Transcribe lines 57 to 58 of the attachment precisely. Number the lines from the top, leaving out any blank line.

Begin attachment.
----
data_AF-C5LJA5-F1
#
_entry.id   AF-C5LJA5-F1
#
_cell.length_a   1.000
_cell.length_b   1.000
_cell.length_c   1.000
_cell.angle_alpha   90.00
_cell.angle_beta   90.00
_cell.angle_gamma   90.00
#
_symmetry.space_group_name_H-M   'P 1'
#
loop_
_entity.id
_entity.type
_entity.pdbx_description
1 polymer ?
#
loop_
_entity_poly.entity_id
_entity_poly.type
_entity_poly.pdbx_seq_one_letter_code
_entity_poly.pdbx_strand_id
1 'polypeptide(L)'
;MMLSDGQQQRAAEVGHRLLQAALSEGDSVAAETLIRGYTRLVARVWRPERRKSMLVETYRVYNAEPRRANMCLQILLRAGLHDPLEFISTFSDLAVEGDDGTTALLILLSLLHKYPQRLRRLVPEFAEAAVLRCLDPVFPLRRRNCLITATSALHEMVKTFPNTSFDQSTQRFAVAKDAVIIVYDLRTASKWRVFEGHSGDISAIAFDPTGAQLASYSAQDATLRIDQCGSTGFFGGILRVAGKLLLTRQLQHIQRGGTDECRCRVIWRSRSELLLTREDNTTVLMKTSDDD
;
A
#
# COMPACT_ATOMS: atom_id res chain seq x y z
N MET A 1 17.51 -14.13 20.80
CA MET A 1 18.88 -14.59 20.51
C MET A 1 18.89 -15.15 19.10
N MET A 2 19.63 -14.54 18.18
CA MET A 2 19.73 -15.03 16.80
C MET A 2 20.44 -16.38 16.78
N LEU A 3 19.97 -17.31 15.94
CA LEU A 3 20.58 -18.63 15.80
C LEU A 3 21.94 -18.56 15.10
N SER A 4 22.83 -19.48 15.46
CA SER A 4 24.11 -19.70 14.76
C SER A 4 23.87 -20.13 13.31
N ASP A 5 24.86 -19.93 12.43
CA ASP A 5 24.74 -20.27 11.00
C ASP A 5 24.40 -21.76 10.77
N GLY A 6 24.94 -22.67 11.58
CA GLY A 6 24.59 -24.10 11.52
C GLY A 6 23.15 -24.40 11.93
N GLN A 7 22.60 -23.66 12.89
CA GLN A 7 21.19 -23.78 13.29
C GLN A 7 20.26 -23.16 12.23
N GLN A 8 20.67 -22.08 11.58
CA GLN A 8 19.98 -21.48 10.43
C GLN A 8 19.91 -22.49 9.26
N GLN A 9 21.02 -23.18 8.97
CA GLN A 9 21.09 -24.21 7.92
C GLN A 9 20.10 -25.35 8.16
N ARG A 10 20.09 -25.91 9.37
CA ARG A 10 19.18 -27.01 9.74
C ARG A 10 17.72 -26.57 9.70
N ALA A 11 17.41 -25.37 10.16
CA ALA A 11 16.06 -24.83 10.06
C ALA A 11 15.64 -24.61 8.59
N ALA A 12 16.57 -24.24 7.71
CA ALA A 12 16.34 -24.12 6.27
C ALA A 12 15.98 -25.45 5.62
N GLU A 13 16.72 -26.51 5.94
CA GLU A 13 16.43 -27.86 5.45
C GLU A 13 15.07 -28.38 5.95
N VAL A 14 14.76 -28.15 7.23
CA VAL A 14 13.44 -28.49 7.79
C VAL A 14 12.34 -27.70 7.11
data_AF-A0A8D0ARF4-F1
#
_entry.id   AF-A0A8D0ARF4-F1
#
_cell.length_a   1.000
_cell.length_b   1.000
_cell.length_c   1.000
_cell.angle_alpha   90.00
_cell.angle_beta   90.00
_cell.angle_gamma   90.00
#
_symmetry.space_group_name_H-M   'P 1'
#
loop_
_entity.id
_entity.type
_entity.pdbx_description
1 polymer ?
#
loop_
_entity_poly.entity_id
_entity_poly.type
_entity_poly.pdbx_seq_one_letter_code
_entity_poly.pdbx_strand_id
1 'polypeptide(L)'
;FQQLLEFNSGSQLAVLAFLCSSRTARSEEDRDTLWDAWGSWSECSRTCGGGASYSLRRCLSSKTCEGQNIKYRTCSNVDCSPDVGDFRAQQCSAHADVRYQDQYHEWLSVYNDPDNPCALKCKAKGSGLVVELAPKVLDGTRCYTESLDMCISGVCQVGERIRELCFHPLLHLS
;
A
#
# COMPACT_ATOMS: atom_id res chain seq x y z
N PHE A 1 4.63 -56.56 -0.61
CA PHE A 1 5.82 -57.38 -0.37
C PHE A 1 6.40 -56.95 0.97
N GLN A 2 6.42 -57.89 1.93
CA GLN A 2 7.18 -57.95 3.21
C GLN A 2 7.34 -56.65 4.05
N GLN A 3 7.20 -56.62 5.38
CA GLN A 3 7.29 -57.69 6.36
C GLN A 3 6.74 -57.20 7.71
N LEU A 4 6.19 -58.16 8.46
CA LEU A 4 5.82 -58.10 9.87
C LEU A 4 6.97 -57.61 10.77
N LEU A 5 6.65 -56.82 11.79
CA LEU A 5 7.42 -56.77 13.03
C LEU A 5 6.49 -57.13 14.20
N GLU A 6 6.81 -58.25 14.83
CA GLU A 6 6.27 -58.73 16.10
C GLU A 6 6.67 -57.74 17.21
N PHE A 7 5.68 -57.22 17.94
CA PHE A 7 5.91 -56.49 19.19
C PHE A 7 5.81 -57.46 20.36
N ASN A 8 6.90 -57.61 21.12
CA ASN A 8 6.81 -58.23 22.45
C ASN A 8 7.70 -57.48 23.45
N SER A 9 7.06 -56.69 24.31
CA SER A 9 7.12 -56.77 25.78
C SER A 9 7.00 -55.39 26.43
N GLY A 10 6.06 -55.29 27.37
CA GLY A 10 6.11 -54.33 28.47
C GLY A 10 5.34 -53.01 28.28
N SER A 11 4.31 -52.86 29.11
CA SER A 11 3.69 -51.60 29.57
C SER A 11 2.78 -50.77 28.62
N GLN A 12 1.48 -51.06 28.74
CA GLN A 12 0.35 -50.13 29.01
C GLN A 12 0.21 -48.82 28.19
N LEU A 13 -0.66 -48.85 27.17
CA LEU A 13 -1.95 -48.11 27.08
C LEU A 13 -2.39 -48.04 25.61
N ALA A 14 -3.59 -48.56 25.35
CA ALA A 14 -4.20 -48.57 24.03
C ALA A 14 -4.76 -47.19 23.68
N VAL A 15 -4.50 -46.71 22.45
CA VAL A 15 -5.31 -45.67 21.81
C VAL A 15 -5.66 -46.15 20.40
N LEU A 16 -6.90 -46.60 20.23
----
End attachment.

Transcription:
C GLN A 9 20.10 -25.35 8.16
N ARG A 10 20.09 -25.91 9.37